Former NHL player Jim Kyte moves from hockey career to academic life

December 27, 2016

The first part of Jim Kyte’s life story may sound discouragingly familiar to anyone following the trials and tribulations of the NHL’s ongoing concussion debate. Kyte was a 6-foot-5, 210-pound defenceman, drafted 12th overall in 1982 by the Winnipeg Jets, the first legally deaf player in NHL history.

He played 598 NHL regular-season games and accumulated 1,342 penalty minutes before his career ended at the age of 33, as a result of post-concussion syndrome.

Unlike some of his peers, however, Kyte’s playing days didn’t end on the ice. It came as a result of an automobile accident – in 1997 his car was smashed by another vehicle in Kansas City, where he was playing for the San Jose Sharks’ minor-league affiliate, and hoping to make his way back to the NHL.

It took Kyte almost a full year to recover from those injuries, but here’s where his story takes an unusual detour.

Once the fog cleared, Kyte forged a second career in academia, earning an MBA from Royal Roads University in 2007. He is now dean of the school of hospitality and tourism at Algonquin College in Ottawa and pondering the idea of pursuing a doctorate.

So many stories about ex-NHLers, who played a hard physical game and paid a physical price, ended tragically. Kyte is the opposite of that – and proof that as debilitating as post-concussion syndrome can be, for some, there is a light at the end of a very dark tunnel.

“Life isn’t easy,” said Kyte, 52. “Life is hard. But every morning I wake up, I say to myself: ‘Today’s going to be a good day.’

“My dad used to cite the 90-10 rule – life is 10 per cent what happens to you and 90 per cent how you react to it. I didn’t really appreciate that until I was the victim in a car accident. A guy ran a stop sign, an uninsured motorist. My car flipped three times I’m told; I don’t remember anything. I woke up with the fire department, cutting me out of the car. So basically, I’m thankful I’m still here.”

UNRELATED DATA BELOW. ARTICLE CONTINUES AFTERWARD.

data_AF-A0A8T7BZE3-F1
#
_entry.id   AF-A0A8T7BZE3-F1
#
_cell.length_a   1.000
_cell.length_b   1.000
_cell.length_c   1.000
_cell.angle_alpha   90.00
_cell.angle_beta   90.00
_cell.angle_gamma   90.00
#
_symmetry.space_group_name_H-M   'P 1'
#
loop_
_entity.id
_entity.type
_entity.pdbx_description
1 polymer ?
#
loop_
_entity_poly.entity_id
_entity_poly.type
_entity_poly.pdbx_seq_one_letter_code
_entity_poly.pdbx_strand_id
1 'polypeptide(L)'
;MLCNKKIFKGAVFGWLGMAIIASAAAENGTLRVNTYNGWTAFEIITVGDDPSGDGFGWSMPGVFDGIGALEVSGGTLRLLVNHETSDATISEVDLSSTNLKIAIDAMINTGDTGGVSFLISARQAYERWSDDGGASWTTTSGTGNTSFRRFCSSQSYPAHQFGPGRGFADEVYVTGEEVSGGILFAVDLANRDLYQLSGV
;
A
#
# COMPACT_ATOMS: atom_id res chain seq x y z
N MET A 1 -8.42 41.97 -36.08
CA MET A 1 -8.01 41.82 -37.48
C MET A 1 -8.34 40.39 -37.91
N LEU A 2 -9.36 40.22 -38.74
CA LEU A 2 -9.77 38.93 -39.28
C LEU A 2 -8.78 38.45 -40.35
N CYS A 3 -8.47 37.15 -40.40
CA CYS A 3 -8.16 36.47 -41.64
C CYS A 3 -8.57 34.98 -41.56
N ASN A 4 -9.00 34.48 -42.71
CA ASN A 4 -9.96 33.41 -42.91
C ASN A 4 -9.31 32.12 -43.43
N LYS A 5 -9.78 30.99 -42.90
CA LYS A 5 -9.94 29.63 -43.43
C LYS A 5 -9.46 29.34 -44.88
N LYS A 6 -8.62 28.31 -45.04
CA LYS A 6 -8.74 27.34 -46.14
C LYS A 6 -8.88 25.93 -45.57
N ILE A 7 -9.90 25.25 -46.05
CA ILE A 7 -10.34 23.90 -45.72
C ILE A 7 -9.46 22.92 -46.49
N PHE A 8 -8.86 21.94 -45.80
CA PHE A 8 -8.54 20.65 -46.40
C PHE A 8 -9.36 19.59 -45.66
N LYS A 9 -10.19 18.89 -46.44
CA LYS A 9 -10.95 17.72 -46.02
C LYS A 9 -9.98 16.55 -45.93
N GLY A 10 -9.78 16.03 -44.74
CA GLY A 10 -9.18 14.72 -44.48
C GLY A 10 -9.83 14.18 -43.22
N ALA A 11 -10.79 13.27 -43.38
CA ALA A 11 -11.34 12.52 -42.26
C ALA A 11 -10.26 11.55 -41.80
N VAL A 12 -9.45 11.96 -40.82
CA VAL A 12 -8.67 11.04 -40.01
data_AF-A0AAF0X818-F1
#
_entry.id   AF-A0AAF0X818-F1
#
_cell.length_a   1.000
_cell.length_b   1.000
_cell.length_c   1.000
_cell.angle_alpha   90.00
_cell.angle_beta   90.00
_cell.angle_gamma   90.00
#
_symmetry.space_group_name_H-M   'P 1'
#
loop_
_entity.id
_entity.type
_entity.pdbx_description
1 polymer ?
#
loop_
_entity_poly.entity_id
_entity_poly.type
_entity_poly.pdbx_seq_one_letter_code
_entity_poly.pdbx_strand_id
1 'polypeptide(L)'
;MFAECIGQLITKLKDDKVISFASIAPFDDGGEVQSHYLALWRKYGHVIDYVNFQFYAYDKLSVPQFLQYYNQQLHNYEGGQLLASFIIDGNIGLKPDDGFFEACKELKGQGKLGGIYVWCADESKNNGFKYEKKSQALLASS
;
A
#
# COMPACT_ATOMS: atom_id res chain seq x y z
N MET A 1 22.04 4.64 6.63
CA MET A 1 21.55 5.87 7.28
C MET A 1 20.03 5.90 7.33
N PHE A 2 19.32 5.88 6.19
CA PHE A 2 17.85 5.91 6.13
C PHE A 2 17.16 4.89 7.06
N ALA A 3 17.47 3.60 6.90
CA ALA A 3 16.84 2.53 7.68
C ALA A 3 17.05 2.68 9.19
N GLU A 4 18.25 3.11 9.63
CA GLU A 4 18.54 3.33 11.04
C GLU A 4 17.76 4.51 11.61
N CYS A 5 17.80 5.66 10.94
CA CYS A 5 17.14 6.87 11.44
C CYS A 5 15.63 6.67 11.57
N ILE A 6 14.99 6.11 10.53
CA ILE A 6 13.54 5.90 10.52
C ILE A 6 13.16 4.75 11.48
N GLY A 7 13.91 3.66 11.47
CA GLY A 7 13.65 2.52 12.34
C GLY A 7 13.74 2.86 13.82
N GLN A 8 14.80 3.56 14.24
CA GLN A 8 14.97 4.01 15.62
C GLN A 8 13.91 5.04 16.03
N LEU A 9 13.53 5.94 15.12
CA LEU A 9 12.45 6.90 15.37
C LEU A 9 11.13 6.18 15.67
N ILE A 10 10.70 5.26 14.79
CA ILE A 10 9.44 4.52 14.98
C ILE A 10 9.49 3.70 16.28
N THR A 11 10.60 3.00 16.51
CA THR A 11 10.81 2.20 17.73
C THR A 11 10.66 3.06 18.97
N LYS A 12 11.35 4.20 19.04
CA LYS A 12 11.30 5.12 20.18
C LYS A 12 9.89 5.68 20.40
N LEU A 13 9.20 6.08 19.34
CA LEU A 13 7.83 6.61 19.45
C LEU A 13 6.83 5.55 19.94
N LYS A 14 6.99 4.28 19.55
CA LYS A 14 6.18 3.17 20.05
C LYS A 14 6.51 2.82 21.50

But Kyte did more than just survive the accident. He thrived in its aftermath. On one level, he said, it was an easy decision to walk away from professional hockey because the renowned concussion specialist, Chicago-based Dr. James Kelly, told him he would never play again. According to Kyte, it was far better to get the bad news from a doctor than from 30 NHL general managers and their 30 minor-league peers.

Determining he needed to make a clean break after his career ended, Kyte returned to his hometown of Ottawa to ponder his second act.

One of his first decisions was to stash away all his memorabilia, anything that reminded him of his playing days. It was important, symbolically, to put the past behind him.

“You can go into some guys’ homes, some of my former teammates, and you’d think you were walking into a Hall of Fame,” Kyte said. “There are jerseys up, trophies, almost a shrine to their careers. You could walk into my home and never knew I played. There wasn’t one photo up; all my jerseys were put away in a closet. To me, it was, ‘Okay, my career is over, I need to move forward, and I can’t be stuck in the past.’”

Kyte went back to school as a mature student and earned a living as a motivational speaker, while he was studying for his MBA. His academic career began with a chance meeting – the dean at Algonquin College heard him on the speaking circuit and asked him to put an advisory committee together to develop a sport-management program. Eventually, Kyte was asked to develop a business plan and when that was accepted, he was invited to run the program.

“I saw a window, a very small window of opportunity that may never come again in my lifetime – and I recognized that,” he said. “So I worked 60 to 80 hours a week to make sure I built a successful program. It turned into, not just a job, but a career.”

Life as an academic suits Kyte.

“My kids ask: ‘How come you spend so much time at work?’ and my answer is: ‘I really like going to work. I really like working with the people I’m working with. I enjoy intrinsically working with young people.’ They show up at our door, with a dream and a hope for what they want to do – and we’re there to help them achieve their dream, and support them along the way.